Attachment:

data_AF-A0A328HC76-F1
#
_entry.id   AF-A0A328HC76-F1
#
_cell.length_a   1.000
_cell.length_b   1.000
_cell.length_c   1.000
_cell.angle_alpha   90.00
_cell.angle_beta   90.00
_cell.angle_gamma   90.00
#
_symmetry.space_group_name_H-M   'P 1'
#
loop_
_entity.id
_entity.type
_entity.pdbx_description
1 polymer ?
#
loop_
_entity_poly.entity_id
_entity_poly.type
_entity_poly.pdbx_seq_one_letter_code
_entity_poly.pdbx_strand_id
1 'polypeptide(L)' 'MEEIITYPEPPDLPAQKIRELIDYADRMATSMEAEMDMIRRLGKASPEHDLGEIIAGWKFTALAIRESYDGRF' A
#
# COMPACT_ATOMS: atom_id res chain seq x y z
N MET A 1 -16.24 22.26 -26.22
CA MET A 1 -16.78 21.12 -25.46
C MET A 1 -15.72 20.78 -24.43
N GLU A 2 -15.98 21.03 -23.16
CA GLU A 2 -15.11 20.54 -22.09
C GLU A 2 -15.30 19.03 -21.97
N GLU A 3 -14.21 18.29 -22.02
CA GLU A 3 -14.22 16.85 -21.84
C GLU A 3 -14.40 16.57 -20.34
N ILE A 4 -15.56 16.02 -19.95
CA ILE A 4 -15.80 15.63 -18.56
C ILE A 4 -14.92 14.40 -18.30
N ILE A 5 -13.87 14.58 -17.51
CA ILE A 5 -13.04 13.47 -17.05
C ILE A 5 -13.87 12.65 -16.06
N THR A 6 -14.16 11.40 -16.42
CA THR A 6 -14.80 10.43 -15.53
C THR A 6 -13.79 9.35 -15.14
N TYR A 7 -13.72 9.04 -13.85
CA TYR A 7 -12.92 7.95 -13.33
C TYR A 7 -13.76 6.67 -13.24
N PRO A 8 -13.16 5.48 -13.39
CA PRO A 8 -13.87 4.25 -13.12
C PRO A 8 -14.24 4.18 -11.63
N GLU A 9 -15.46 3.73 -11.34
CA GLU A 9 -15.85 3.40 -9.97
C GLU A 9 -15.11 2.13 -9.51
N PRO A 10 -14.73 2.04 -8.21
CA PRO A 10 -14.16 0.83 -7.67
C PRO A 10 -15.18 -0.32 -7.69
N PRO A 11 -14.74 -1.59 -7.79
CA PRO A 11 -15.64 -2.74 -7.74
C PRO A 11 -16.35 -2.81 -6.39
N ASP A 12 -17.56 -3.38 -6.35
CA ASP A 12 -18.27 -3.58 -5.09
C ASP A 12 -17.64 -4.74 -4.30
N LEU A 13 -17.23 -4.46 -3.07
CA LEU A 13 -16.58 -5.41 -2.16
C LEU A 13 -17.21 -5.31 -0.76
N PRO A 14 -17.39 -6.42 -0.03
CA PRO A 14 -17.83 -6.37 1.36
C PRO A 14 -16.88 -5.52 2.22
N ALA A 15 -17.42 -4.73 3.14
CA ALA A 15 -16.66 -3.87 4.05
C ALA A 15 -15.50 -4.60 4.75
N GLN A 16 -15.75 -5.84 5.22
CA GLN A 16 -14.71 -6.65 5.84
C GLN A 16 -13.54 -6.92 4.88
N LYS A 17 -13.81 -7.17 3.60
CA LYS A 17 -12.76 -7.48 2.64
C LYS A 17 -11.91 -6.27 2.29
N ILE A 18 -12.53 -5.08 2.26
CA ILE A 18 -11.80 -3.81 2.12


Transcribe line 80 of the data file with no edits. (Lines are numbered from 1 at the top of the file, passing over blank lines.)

CA ILE A 18 -11.80 -3.81 2.12